Phillies lefthander Jamie Moyer has been around so long that he is older than Major League Baseball's First Year Player Draft.

The draft originated in 1965; the 47-year-old Moyer was born in 1962.

This year, Moyer had much more interest than his teammates in the draft's proceedings, simply because he was the only one who had a son who was a prospect.

Dillon Moyer, an 18-year-old shortstop from the Pendleton School in Florida, was selected Tuesday by the Minnesota Twins in the 22d round, the 645th overall pick.

On Wednesday, Moyer watched with pride as teammates went over to his locker to congratulate his son.

"He has a great opportunity whether he signs with the Twins or goes to college," Moyer said. "It's a win-win situation."

His son has committed to the University of California-Irvine but now will weigh his options.

Of course, everybody wanted to know from father and son what it would be like if they ever got to play against one another.

"It would be great if he keeps playing," Dillon said.

Jamie joked that if he ever faced his son professionally, the first pitch he threw "would be in the ribs, just for mom."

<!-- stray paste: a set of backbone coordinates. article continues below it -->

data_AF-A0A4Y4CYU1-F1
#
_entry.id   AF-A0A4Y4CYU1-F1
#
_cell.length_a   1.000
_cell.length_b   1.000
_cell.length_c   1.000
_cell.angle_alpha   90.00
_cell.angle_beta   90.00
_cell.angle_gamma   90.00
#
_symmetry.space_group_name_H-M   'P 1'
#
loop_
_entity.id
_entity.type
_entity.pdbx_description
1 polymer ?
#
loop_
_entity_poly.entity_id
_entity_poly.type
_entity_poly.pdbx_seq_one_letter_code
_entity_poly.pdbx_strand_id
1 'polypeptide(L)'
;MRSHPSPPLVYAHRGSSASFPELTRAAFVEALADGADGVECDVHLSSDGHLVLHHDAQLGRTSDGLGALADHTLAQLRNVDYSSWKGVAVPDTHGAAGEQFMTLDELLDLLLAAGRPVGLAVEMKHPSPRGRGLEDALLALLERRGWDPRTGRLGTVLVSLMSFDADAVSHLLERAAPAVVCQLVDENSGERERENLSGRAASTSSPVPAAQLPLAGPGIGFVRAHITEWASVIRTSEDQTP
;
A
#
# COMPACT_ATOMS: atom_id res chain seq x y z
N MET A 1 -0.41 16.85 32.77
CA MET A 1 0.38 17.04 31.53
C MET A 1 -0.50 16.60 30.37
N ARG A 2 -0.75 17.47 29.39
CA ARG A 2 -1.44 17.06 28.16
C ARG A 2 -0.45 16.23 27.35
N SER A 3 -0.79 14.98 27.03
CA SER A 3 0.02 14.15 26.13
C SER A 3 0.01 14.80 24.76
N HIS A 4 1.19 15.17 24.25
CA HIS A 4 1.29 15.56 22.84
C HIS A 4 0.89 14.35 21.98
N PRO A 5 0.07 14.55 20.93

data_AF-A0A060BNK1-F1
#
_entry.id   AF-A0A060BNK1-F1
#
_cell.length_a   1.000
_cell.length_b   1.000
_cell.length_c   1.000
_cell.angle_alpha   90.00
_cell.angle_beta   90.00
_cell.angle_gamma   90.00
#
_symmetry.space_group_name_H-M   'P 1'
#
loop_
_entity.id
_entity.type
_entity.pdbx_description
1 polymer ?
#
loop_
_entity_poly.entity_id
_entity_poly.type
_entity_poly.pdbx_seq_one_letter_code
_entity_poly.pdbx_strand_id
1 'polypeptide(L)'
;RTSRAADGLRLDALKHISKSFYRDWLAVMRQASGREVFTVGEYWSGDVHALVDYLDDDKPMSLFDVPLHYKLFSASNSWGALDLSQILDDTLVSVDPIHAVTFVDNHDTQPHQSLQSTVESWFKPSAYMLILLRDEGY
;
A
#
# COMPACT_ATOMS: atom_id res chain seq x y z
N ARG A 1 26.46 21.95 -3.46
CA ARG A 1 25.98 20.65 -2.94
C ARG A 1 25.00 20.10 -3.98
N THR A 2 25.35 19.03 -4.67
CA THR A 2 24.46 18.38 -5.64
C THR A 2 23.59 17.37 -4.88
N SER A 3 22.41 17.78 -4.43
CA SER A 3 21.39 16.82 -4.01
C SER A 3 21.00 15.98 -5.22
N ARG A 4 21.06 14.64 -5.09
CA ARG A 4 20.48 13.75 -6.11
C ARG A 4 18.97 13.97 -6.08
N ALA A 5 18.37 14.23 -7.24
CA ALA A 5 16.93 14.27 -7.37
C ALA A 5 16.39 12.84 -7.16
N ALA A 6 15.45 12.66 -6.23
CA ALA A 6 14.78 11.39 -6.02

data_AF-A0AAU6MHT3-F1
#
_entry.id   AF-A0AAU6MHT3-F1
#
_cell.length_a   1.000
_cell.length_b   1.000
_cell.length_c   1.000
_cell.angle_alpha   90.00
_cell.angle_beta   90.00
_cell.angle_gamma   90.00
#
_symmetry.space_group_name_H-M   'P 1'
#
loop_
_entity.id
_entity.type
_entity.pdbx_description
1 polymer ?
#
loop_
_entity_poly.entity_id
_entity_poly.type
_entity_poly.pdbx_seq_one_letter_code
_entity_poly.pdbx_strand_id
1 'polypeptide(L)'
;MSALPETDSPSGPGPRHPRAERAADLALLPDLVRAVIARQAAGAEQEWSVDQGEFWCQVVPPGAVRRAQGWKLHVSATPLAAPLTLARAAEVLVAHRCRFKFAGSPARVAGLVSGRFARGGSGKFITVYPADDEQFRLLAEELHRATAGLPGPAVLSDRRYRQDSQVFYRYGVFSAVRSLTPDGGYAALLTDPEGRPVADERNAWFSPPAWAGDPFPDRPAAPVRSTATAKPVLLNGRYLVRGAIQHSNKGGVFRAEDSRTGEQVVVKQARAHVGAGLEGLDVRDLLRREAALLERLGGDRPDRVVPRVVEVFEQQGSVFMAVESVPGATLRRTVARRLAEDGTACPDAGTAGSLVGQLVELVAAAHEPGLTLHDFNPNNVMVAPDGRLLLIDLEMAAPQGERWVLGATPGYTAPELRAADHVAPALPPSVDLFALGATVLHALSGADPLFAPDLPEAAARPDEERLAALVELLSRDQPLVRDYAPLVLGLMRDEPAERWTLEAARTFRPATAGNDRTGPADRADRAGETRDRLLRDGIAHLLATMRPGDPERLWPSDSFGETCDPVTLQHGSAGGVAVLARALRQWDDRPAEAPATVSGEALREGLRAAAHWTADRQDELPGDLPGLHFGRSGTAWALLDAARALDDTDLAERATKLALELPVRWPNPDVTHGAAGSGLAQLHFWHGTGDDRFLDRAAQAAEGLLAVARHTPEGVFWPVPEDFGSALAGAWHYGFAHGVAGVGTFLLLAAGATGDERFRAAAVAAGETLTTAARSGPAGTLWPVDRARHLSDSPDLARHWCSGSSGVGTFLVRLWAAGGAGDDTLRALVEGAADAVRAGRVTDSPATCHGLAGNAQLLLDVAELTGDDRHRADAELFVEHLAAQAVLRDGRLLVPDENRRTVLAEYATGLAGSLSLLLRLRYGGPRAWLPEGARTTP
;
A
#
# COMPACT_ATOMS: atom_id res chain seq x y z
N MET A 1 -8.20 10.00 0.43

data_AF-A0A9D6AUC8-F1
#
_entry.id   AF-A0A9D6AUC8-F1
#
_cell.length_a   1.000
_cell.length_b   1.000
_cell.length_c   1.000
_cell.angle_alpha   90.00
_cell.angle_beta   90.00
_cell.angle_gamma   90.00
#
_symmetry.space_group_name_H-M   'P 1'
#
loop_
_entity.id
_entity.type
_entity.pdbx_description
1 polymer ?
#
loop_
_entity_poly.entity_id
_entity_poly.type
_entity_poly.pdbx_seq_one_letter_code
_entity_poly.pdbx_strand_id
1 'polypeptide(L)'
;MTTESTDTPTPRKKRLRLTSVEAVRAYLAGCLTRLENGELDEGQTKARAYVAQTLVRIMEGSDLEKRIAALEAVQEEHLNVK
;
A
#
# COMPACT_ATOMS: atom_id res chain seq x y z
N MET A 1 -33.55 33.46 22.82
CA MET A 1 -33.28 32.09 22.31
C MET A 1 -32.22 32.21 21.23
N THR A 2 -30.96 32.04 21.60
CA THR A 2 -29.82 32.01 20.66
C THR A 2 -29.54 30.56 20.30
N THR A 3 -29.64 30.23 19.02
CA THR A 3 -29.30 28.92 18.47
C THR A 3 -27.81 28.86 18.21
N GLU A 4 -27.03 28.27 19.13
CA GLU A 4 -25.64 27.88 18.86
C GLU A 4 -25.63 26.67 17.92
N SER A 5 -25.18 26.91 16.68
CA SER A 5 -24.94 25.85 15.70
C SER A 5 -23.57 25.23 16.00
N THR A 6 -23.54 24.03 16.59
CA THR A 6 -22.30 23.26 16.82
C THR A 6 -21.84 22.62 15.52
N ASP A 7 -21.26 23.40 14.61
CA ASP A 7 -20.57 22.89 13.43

Not known as a fireballer, Jamie quipped that if he did hit his son with a pitch, "his response would be that it didn't hurt."

His son's response to being drafted was what would be expected from a teenager.

"It was pretty cool," he said.

His father's reaction?

"It was really cool," Jamie said.

Dillon said he wasn't surprised that the Twins selected him because he had contact with the organization leading up to the draft.

Phillies manager Charlie Manuel, like others in the organization, was happy for father and son.

"Those kids are definitely well-mannered and special, and work hard, too," Manuel said.

Among his eight children, Moyer has three sons. His son Hutton will be a high school junior, and Moyer thinks that he could be a prospect.

Manuel says the youngest, 6-year-old McCabe, has a bright future.

"That kid Mac has the best arm of a 6-year-old I've ever seen," Manuel said. "He is off the charts, and he has a better fastball than Jamie."

After the laughter died down, people started wondering whether Jamie still would be pitching when his youngest son is eligible for the draft.

Draft notes. The Phillies completed the final day of the three-day, 50-round draft by selecting 20 players.

Among the players they chose were three area college players - Delaware senior third baseman Carlos Alonso in the 32d round, West Chester senior catcher Robert Stumpo in the 33d round, and Villanova junior lefthander Michael Francisco in the 45th round.

Stumpo, a switch-hitter who batted .305 with eight home runs and 52 RBIs as a senior at West Chester, was ecstatic. He attended Salesianum in Delaware and said his parents have Phillies season tickets.

"It's a dream come true," Stumpo said. "It's an awesome feeling to be drafted by the hometown team."